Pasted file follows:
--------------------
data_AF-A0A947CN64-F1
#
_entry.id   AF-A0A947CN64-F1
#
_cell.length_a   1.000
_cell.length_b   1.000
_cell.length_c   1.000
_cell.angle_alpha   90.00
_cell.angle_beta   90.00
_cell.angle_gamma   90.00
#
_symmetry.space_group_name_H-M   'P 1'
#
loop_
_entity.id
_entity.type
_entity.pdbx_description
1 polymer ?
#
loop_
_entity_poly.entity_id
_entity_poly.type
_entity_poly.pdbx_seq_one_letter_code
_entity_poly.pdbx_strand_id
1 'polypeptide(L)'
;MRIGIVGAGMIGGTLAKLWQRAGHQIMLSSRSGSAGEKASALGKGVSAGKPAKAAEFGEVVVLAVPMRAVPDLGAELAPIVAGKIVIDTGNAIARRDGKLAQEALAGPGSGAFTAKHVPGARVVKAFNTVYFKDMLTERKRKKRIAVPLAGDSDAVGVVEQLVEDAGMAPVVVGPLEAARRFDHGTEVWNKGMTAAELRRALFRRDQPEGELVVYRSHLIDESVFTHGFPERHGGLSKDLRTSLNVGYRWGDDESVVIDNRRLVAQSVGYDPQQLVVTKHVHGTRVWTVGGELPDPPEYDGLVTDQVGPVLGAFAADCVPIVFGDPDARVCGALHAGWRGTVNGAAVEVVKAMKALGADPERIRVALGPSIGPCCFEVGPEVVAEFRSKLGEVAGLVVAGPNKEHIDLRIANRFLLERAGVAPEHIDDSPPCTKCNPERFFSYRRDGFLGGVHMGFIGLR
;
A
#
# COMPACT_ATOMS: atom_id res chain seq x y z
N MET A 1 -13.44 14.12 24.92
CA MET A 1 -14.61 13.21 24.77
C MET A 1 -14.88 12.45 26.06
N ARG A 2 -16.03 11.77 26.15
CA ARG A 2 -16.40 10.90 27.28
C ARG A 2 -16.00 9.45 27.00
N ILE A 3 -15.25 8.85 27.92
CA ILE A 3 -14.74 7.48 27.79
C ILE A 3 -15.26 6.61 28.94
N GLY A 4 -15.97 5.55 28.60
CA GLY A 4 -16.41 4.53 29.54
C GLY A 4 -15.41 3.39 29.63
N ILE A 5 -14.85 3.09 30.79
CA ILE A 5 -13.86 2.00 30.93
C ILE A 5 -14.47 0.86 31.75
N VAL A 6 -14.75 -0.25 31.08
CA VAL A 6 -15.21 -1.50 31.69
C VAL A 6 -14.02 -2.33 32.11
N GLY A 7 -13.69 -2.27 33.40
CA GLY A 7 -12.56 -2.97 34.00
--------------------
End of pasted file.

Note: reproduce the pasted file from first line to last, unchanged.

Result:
data_AF-A0A947CN64-F1
#
_entry.id   AF-A0A947CN64-F1
#
_cell.length_a   1.000
_cell.length_b   1.000
_cell.length_c   1.000
_cell.angle_alpha   90.00
_cell.angle_beta   90.00
_cell.angle_gamma   90.00
#
_symmetry.space_group_name_H-M   'P 1'
#
loop_
_entity.id
_entity.type
_entity.pdbx_description
1 polymer ?
#
loop_
_entity_poly.entity_id
_entity_poly.type
_entity_poly.pdbx_seq_one_letter_code
_entity_poly.pdbx_strand_id
1 'polypeptide(L)'
;MRIGIVGAGMIGGTLAKLWQRAGHQIMLSSRSGSAGEKASALGKGVSAGKPAKAAEFGEVVVLAVPMRAVPDLGAELAPIVAGKIVIDTGNAIARRDGKLAQEALAGPGSGAFTAKHVPGARVVKAFNTVYFKDMLTERKRKKRIAVPLAGDSDAVGVVEQLVEDAGMAPVVVGPLEAARRFDHGTEVWNKGMTAAELRRALFRRDQPEGELVVYRSHLIDESVFTHGFPERHGGLSKDLRTSLNVGYRWGDDESVVIDNRRLVAQSVGYDPQQLVVTKHVHGTRVWTVGGELPDPPEYDGLVTDQVGPVLGAFAADCVPIVFGDPDARVCGALHAGWRGTVNGAAVEVVKAMKALGADPERIRVALGPSIGPCCFEVGPEVVAEFRSKLGEVAGLVVAGPNKEHIDLRIANRFLLERAGVAPEHIDDSPPCTKCNPERFFSYRRDGFLGGVHMGFIGLR
;
A
#
# COMPACT_ATOMS: atom_id res chain seq x y z
N MET A 1 -13.44 14.12 24.92
CA MET A 1 -14.61 13.21 24.77
C MET A 1 -14.88 12.45 26.06
N ARG A 2 -16.03 11.77 26.15
CA ARG A 2 -16.40 10.90 27.28
C ARG A 2 -16.00 9.45 27.00
N ILE A 3 -15.25 8.85 27.92
CA ILE A 3 -14.74 7.48 27.79
C ILE A 3 -15.26 6.61 28.94
N GLY A 4 -15.97 5.55 28.60
CA GLY A 4 -16.41 4.53 29.54
C GLY A 4 -15.41 3.39 29.63
N ILE A 5 -14.85 3.09 30.79
CA ILE A 5 -13.86 2.00 30.93
C ILE A 5 -14.47 0.86 31.75
N VAL A 6 -14.75 -0.25 31.08
CA VAL A 6 -15.21 -1.50 31.69
C VAL A 6 -14.02 -2.33 32.11
N GLY A 7 -13.69 -2.27 33.40
CA GLY A 7 -12.56 -2.97 34.00